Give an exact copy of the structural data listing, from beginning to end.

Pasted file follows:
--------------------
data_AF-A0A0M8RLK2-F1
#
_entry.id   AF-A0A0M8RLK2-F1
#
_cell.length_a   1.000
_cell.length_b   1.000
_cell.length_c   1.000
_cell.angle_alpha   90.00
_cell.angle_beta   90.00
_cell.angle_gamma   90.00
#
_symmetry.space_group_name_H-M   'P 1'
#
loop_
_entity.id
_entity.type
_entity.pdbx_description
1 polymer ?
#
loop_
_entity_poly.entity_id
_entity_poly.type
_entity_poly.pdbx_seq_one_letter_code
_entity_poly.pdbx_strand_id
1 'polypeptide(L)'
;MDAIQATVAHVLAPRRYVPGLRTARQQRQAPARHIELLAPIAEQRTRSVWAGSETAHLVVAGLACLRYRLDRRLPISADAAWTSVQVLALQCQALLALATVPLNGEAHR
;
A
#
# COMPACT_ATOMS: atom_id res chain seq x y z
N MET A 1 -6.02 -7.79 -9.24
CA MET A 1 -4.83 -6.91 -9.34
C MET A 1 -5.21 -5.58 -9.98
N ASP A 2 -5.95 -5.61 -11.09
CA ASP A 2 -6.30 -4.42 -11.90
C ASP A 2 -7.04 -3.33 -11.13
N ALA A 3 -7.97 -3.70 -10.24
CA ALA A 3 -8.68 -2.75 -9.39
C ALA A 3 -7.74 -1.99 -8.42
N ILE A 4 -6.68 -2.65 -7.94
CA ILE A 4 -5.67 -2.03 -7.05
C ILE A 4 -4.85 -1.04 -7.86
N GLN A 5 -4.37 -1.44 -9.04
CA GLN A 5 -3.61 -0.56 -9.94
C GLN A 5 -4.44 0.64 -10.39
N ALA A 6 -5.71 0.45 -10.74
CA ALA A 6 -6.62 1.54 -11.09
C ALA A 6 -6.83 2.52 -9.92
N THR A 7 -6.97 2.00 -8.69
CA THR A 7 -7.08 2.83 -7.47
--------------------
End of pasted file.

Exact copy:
data_AF-A0A0M8RLK2-F1
#
_entry.id   AF-A0A0M8RLK2-F1
#
_cell.length_a   1.000
_cell.length_b   1.000
_cell.length_c   1.000
_cell.angle_alpha   90.00
_cell.angle_beta   90.00
_cell.angle_gamma   90.00
#
_symmetry.space_group_name_H-M   'P 1'
#
loop_
_entity.id
_entity.type
_entity.pdbx_description
1 polymer ?
#
loop_
_entity_poly.entity_id
_entity_poly.type
_entity_poly.pdbx_seq_one_letter_code
_entity_poly.pdbx_strand_id
1 'polypeptide(L)'
;MDAIQATVAHVLAPRRYVPGLRTARQQRQAPARHIELLAPIAEQRTRSVWAGSETAHLVVAGLACLRYRLDRRLPISADAAWTSVQVLALQCQALLALATVPLNGEAHR
;
A
#
# COMPACT_ATOMS: atom_id res chain seq x y z
N MET A 1 -6.02 -7.79 -9.24
CA MET A 1 -4.83 -6.91 -9.34
C MET A 1 -5.21 -5.58 -9.98
N ASP A 2 -5.95 -5.61 -11.09
CA ASP A 2 -6.30 -4.42 -11.90
C ASP A 2 -7.04 -3.33 -11.13
N ALA A 3 -7.97 -3.70 -10.24
CA ALA A 3 -8.68 -2.75 -9.39
C ALA A 3 -7.74 -1.99 -8.42
N ILE A 4 -6.68 -2.65 -7.94
CA ILE A 4 -5.67 -2.03 -7.05
C ILE A 4 -4.85 -1.04 -7.86
N GLN A 5 -4.37 -1.44 -9.04
CA GLN A 5 -3.61 -0.56 -9.94
C GLN A 5 -4.44 0.64 -10.39
N ALA A 6 -5.71 0.45 -10.74
CA ALA A 6 -6.62 1.54 -11.09
C ALA A 6 -6.83 2.52 -9.92
N THR A 7 -6.97 2.00 -8.69
CA THR A 7 -7.08 2.83 -7.47